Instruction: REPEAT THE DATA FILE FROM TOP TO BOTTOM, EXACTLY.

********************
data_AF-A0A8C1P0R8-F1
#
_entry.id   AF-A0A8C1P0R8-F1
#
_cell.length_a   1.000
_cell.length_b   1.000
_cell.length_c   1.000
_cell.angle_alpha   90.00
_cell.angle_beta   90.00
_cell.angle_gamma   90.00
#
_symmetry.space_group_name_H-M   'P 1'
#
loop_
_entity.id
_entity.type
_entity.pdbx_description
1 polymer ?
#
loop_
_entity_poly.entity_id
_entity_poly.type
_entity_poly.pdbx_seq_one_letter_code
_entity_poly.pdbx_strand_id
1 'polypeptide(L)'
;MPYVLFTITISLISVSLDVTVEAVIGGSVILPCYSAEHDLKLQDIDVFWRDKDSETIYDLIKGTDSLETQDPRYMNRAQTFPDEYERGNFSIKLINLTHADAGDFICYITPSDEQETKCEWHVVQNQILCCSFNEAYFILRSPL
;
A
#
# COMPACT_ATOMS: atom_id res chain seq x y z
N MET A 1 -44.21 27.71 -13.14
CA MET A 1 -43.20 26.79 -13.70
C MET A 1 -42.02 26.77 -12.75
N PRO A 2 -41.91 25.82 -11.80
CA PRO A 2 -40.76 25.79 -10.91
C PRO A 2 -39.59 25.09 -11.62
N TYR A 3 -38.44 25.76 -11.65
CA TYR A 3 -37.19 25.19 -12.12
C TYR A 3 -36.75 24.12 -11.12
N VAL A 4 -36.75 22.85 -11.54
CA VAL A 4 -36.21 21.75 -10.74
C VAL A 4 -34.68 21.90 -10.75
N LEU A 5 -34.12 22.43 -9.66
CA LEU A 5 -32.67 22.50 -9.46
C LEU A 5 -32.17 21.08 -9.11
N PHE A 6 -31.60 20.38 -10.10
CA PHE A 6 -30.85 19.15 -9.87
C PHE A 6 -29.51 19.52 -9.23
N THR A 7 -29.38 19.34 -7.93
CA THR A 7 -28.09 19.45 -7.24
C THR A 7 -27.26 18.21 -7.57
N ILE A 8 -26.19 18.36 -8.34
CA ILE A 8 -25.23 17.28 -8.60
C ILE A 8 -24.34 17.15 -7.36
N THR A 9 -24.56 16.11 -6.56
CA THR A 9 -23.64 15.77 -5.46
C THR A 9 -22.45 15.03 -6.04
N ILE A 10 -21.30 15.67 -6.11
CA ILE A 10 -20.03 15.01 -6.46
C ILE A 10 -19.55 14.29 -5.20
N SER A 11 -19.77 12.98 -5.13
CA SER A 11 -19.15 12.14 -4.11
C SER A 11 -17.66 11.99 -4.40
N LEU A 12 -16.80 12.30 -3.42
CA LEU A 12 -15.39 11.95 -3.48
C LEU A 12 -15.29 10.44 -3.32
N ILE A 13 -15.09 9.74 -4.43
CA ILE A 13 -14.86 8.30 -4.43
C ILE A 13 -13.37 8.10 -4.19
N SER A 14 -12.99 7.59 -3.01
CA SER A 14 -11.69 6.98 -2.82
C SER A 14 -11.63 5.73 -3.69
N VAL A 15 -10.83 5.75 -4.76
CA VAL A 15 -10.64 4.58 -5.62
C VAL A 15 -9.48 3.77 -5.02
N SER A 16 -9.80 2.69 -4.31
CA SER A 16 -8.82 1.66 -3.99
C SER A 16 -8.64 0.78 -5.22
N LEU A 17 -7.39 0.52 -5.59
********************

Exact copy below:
data_AF-A0A8C1P0R8-F1
#
_entry.id   AF-A0A8C1P0R8-F1
#
_cell.length_a   1.000
_cell.length_b   1.000
_cell.length_c   1.000
_cell.angle_alpha   90.00
_cell.angle_beta   90.00
_cell.angle_gamma   90.00
#
_symmetry.space_group_name_H-M   'P 1'
#
loop_
_entity.id
_entity.type
_entity.pdbx_description
1 polymer ?
#
loop_
_entity_poly.entity_id
_entity_poly.type
_entity_poly.pdbx_seq_one_letter_code
_entity_poly.pdbx_strand_id
1 'polypeptide(L)'
;MPYVLFTITISLISVSLDVTVEAVIGGSVILPCYSAEHDLKLQDIDVFWRDKDSETIYDLIKGTDSLETQDPRYMNRAQTFPDEYERGNFSIKLINLTHADAGDFICYITPSDEQETKCEWHVVQNQILCCSFNEAYFILRSPL
;
A
#
# COMPACT_ATOMS: atom_id res chain seq x y z
N MET A 1 -44.21 27.71 -13.14
CA MET A 1 -43.20 26.79 -13.70
C MET A 1 -42.02 26.77 -12.75
N PRO A 2 -41.91 25.82 -11.80
CA PRO A 2 -40.76 25.79 -10.91
C PRO A 2 -39.59 25.09 -11.62
N TYR A 3 -38.44 25.76 -11.65
CA TYR A 3 -37.19 25.19 -12.12
C TYR A 3 -36.75 24.12 -11.12
N VAL A 4 -36.75 22.85 -11.54
CA VAL A 4 -36.21 21.75 -10.74
C VAL A 4 -34.68 21.90 -10.75
N LEU A 5 -34.12 22.43 -9.66
CA LEU A 5 -32.67 22.50 -9.46
C LEU A 5 -32.17 21.08 -9.11
N PHE A 6 -31.60 20.38 -10.10
CA PHE A 6 -30.85 19.15 -9.87
C PHE A 6 -29.51 19.52 -9.23
N THR A 7 -29.38 19.34 -7.93
CA THR A 7 -28.09 19.45 -7.24
C THR A 7 -27.26 18.21 -7.57
N ILE A 8 -26.19 18.36 -8.34
CA ILE A 8 -25.23 17.28 -8.60
C ILE A 8 -24.34 17.15 -7.36
N THR A 9 -24.56 16.11 -6.56
CA THR A 9 -23.64 15.77 -5.46
C THR A 9 -22.45 15.03 -6.04
N ILE A 10 -21.30 15.67 -6.11
CA ILE A 10 -20.03 15.01 -6.46
C ILE A 10 -19.55 14.29 -5.20
N SER A 11 -19.77 12.98 -5.13
CA SER A 11 -19.15 12.14 -4.11
C SER A 11 -17.66 11.99 -4.40
N LEU A 12 -16.80 12.30 -3.42
CA LEU A 12 -15.39 11.95 -3.48
C LEU A 12 -15.29 10.44 -3.32
N ILE A 13 -15.09 9.74 -4.43
CA ILE A 13 -14.86 8.30 -4.43
C ILE A 13 -13.37 8.10 -4.19
N SER A 14 -12.99 7.59 -3.01
CA SER A 14 -11.69 6.98 -2.82
C SER A 14 -11.63 5.73 -3.69
N VAL A 15 -10.83 5.75 -4.76
CA VAL A 15 -10.64 4.58 -5.62
C VAL A 15 -9.48 3.77 -5.02
N SER A 16 -9.80 2.69 -4.31
CA SER A 16 -8.82 1.66 -3.99
C SER A 16 -8.64 0.78 -5.22
N LEU A 17 -7.39 0.52 -5.59